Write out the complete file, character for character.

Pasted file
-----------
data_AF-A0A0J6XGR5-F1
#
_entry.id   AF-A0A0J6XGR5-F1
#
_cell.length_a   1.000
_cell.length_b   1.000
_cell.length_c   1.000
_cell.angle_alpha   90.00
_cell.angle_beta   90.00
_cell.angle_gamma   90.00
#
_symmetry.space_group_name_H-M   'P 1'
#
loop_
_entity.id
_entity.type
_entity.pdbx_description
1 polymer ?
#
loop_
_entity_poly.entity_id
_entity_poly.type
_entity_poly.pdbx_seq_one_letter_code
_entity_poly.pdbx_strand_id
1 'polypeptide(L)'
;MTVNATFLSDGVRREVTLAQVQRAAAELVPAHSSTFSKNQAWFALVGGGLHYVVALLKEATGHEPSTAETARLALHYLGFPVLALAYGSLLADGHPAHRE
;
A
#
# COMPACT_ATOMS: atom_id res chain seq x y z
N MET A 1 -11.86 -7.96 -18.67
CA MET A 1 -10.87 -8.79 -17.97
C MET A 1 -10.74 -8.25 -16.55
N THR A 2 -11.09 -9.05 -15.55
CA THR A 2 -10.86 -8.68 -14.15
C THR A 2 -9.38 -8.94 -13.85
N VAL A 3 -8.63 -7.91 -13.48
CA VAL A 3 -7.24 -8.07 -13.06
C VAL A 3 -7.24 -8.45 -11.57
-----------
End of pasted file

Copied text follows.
data_AF-A0A0J6XGR5-F1
#
_entry.id   AF-A0A0J6XGR5-F1
#
_cell.length_a   1.000
_cell.length_b   1.000
_cell.length_c   1.000
_cell.angle_alpha   90.00
_cell.angle_beta   90.00
_cell.angle_gamma   90.00
#
_symmetry.space_group_name_H-M   'P 1'
#
loop_
_entity.id
_entity.type
_entity.pdbx_description
1 polymer ?
#
loop_
_entity_poly.entity_id
_entity_poly.type
_entity_poly.pdbx_seq_one_letter_code
_entity_poly.pdbx_strand_id
1 'polypeptide(L)'
;MTVNATFLSDGVRREVTLAQVQRAAAELVPAHSSTFSKNQAWFALVGGGLHYVVALLKEATGHEPSTAETARLALHYLGFPVLALAYGSLLADGHPAHRE
;
A
#
# COMPACT_ATOMS: atom_id res chain seq x y z
N MET A 1 -11.86 -7.96 -18.67
CA MET A 1 -10.87 -8.79 -17.97
C MET A 1 -10.74 -8.25 -16.55
N THR A 2 -11.09 -9.05 -15.55
CA THR A 2 -10.86 -8.68 -14.15
C THR A 2 -9.38 -8.94 -13.85
N VAL A 3 -8.63 -7.91 -13.48
CA VAL A 3 -7.24 -8.07 -13.06
C VAL A 3 -7.24 -8.45 -11.57